This Article challenges that conventional view. It argues that government insiders who leak classified information merit robust, albeit certainly not unlimited, constitutional protections from prosecution. It also explains that the government should have greater constitutional leeway to punish leakers through administrative sanctions tied to leakers’ insider status – for example, through dismissal from employment or security clearance removal – than through criminal penalties. The Article defends these points on grounds of constitutional text, structure, and principle in their own right and as applied to the realities of the classification system. It also analyzes judicial doctrine, explaining that while aspects of it bode poorly for leaker protections from prosecution, the overall doctrinal picture is far less bleak for leakers than is often assumed.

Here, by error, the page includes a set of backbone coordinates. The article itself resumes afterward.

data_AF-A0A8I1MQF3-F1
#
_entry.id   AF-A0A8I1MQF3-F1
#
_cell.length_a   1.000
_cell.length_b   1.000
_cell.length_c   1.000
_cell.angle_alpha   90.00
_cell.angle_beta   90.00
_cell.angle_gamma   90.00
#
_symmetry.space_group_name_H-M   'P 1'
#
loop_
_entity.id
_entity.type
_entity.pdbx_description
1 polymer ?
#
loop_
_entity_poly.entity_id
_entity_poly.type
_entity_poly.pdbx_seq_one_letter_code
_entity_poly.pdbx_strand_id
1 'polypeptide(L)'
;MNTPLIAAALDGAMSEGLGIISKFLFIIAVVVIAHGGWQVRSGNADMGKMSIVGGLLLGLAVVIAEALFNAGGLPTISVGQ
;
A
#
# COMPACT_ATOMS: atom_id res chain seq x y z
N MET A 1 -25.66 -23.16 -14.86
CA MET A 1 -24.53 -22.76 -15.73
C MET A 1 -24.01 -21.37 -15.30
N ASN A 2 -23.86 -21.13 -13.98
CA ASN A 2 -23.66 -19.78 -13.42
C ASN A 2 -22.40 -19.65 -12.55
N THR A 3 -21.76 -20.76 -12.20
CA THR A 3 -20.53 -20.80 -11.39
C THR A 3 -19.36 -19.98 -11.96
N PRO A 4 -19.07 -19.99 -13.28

There is an upbeat view in 'Protecting Rights from Within? Inspectors General and National Security Oversight' by Shirin Sinnar in Stanford Law Review which comments
Courts and Congress are often reluctant to constrain the executive branch when it limits individual rights in the pursuit of national security. Many scholars have argued that mechanisms within the executive branch can supply an alternative constraint on executive power – whether as a preferred alternative due to the comparative advantages of such institutions or as a second-best option necessitated by congressional and judicial abdication. Despite this interest in the “internal separation of powers,” there is very little attention to what such internal mechanisms are actually doing to protect individual rights.
Sinnar argues that